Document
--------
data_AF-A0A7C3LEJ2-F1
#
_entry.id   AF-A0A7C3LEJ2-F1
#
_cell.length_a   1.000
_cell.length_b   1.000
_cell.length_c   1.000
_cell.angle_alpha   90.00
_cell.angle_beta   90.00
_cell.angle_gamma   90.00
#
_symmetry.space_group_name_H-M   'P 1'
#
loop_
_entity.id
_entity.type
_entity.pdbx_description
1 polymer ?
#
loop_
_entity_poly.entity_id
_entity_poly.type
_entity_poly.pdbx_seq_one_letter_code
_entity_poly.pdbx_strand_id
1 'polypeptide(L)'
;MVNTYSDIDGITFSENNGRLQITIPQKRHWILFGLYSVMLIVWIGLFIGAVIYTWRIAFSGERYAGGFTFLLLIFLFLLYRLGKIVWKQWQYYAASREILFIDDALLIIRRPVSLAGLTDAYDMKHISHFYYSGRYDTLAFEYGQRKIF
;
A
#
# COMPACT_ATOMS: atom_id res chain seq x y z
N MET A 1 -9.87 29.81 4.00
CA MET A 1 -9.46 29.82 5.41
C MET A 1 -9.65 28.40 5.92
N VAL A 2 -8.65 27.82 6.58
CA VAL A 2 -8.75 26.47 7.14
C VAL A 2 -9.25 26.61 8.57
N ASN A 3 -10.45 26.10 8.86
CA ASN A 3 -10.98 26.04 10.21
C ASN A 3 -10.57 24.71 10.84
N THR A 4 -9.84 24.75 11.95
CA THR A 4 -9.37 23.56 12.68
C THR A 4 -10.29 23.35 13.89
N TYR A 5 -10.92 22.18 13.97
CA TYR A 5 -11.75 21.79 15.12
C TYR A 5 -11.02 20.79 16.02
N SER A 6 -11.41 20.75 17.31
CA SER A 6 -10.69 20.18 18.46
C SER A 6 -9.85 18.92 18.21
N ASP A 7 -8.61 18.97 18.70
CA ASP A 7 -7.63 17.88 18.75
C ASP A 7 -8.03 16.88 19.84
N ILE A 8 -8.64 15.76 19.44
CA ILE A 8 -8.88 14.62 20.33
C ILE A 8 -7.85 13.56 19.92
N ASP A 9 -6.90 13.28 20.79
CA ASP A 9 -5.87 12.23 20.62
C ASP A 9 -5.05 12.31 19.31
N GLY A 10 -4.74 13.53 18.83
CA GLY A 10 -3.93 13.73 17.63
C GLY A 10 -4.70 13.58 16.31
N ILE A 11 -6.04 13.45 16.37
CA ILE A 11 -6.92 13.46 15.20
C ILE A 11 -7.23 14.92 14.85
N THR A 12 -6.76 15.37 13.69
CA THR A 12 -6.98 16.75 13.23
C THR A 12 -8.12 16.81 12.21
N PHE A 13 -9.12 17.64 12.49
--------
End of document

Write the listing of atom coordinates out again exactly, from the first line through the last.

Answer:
data_AF-A0A7C3LEJ2-F1
#
_entry.id   AF-A0A7C3LEJ2-F1
#
_cell.length_a   1.000
_cell.length_b   1.000
_cell.length_c   1.000
_cell.angle_alpha   90.00
_cell.angle_beta   90.00
_cell.angle_gamma   90.00
#
_symmetry.space_group_name_H-M   'P 1'
#
loop_
_entity.id
_entity.type
_entity.pdbx_description
1 polymer ?
#
loop_
_entity_poly.entity_id
_entity_poly.type
_entity_poly.pdbx_seq_one_letter_code
_entity_poly.pdbx_strand_id
1 'polypeptide(L)'
;MVNTYSDIDGITFSENNGRLQITIPQKRHWILFGLYSVMLIVWIGLFIGAVIYTWRIAFSGERYAGGFTFLLLIFLFLLYRLGKIVWKQWQYYAASREILFIDDALLIIRRPVSLAGLTDAYDMKHISHFYYSGRYDTLAFEYGQRKIF
;
A
#
# COMPACT_ATOMS: atom_id res chain seq x y z
N MET A 1 -9.87 29.81 4.00
CA MET A 1 -9.46 29.82 5.41
C MET A 1 -9.65 28.40 5.92
N VAL A 2 -8.65 27.82 6.58
CA VAL A 2 -8.75 26.47 7.14
C VAL A 2 -9.25 26.61 8.57
N ASN A 3 -10.45 26.10 8.86
CA ASN A 3 -10.98 26.04 10.21
C ASN A 3 -10.57 24.71 10.84
N THR A 4 -9.84 24.75 11.95
CA THR A 4 -9.37 23.56 12.68
C THR A 4 -10.29 23.35 13.89
N TYR A 5 -10.92 22.18 13.97
CA TYR A 5 -11.75 21.79 15.12
C TYR A 5 -11.02 20.79 16.02
N SER A 6 -11.41 20.75 17.31
CA SER A 6 -10.69 20.18 18.46
C SER A 6 -9.85 18.92 18.21
N ASP A 7 -8.61 18.97 18.70
CA ASP A 7 -7.63 17.88 18.75
C ASP A 7 -8.03 16.88 19.84
N ILE A 8 -8.64 15.76 19.44
CA ILE A 8 -8.88 14.62 20.33
C ILE A 8 -7.85 13.56 19.92
N ASP A 9 -6.90 13.28 20.79
CA ASP A 9 -5.87 12.23 20.62
C ASP A 9 -5.05 12.31 19.31
N GLY A 10 -4.74 13.53 18.83
CA GLY A 10 -3.93 13.73 17.63
C GLY A 10 -4.70 13.58 16.31
N ILE A 11 -6.04 13.45 16.37
CA ILE A 11 -6.92 13.46 15.20
C ILE A 11 -7.23 14.92 14.85
N THR A 12 -6.76 15.37 13.69
CA THR A 12 -6.98 16.75 13.23
C THR A 12 -8.12 16.81 12.21
N PHE A 13 -9.12 17.64 12.49